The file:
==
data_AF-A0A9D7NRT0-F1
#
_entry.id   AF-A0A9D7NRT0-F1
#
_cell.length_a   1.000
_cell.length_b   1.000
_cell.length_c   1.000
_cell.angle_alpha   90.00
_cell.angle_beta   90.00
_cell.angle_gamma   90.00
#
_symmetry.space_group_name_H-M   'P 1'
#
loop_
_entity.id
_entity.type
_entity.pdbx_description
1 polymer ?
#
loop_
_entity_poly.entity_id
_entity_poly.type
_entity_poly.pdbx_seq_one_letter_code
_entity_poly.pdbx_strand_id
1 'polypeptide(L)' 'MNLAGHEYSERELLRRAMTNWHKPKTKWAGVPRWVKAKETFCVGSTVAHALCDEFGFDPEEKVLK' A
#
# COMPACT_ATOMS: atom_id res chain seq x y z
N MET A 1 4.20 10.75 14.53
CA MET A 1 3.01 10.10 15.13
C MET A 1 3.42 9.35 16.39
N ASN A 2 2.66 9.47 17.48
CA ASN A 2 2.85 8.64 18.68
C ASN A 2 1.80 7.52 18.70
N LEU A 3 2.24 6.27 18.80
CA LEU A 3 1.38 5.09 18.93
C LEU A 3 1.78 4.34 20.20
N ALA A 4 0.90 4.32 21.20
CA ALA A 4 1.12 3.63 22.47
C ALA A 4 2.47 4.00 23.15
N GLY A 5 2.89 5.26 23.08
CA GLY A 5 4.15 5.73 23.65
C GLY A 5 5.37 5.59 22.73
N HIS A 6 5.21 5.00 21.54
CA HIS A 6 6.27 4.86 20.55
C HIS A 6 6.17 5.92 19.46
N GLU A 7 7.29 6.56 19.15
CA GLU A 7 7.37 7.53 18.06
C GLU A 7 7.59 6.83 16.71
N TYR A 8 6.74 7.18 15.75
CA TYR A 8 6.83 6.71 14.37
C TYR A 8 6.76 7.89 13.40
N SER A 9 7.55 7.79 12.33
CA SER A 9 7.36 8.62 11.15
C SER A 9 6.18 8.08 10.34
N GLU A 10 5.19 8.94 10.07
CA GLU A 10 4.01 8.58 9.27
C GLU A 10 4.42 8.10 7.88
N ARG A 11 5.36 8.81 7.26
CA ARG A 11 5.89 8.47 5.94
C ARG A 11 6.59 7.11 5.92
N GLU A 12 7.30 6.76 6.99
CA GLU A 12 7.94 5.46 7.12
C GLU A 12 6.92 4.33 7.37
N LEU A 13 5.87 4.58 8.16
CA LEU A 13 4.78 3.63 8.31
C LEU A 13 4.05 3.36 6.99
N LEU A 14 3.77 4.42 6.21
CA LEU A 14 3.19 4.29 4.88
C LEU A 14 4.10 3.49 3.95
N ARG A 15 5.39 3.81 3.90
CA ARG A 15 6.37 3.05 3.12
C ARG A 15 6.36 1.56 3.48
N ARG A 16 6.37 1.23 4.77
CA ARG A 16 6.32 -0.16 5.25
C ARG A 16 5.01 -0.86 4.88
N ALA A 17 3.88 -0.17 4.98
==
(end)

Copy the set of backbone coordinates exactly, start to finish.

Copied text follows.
data_AF-A0A9D7NRT0-F1
#
_entry.id   AF-A0A9D7NRT0-F1
#
_cell.length_a   1.000
_cell.length_b   1.000
_cell.length_c   1.000
_cell.angle_alpha   90.00
_cell.angle_beta   90.00
_cell.angle_gamma   90.00
#
_symmetry.space_group_name_H-M   'P 1'
#
loop_
_entity.id
_entity.type
_entity.pdbx_description
1 polymer ?
#
loop_
_entity_poly.entity_id
_entity_poly.type
_entity_poly.pdbx_seq_one_letter_code
_entity_poly.pdbx_strand_id
1 'polypeptide(L)' 'MNLAGHEYSERELLRRAMTNWHKPKTKWAGVPRWVKAKETFCVGSTVAHALCDEFGFDPEEKVLK' A
#
# COMPACT_ATOMS: atom_id res chain seq x y z
N MET A 1 4.20 10.75 14.53
CA MET A 1 3.01 10.10 15.13
C MET A 1 3.42 9.35 16.39
N ASN A 2 2.66 9.47 17.48
CA ASN A 2 2.85 8.64 18.68
C ASN A 2 1.80 7.52 18.70
N LEU A 3 2.24 6.27 18.80
CA LEU A 3 1.38 5.09 18.93
C LEU A 3 1.78 4.34 20.20
N ALA A 4 0.90 4.32 21.20
CA ALA A 4 1.12 3.63 22.47
C ALA A 4 2.47 4.00 23.15
N GLY A 5 2.89 5.26 23.08
CA GLY A 5 4.15 5.73 23.65
C GLY A 5 5.37 5.59 22.73
N HIS A 6 5.21 5.00 21.54
CA HIS A 6 6.27 4.86 20.55
C HIS A 6 6.17 5.92 19.46
N GLU A 7 7.29 6.56 19.15
CA GLU A 7 7.37 7.53 18.06
C GLU A 7 7.59 6.83 16.71
N TYR A 8 6.74 7.18 15.75
CA TYR A 8 6.83 6.71 14.37
C TYR A 8 6.76 7.89 13.40
N SER A 9 7.55 7.79 12.33
CA SER A 9 7.36 8.62 11.15
C SER A 9 6.18 8.08 10.34
N GLU A 10 5.19 8.94 10.07
CA GLU A 10 4.01 8.58 9.27
C GLU A 10 4.42 8.10 7.88
N ARG A 11 5.36 8.81 7.26
CA ARG A 11 5.89 8.47 5.94
C ARG A 11 6.59 7.11 5.92
N GLU A 12 7.30 6.76 6.99
CA GLU A 12 7.94 5.46 7.12
C GLU A 12 6.92 4.33 7.37
N LEU A 13 5.87 4.58 8.16
CA LEU A 13 4.78 3.63 8.31
C LEU A 13 4.05 3.36 6.99
N LEU A 14 3.77 4.42 6.21
CA LEU A 14 3.19 4.29 4.88
C LEU A 14 4.10 3.49 3.95
N ARG A 15 5.39 3.81 3.90
CA ARG A 15 6.37 3.05 3.12
C ARG A 15 6.36 1.56 3.48
N ARG A 16 6.37 1.23 4.77
CA ARG A 16 6.32 -0.16 5.25
C ARG A 16 5.01 -0.86 4.88
N ALA A 17 3.88 -0.17 4.98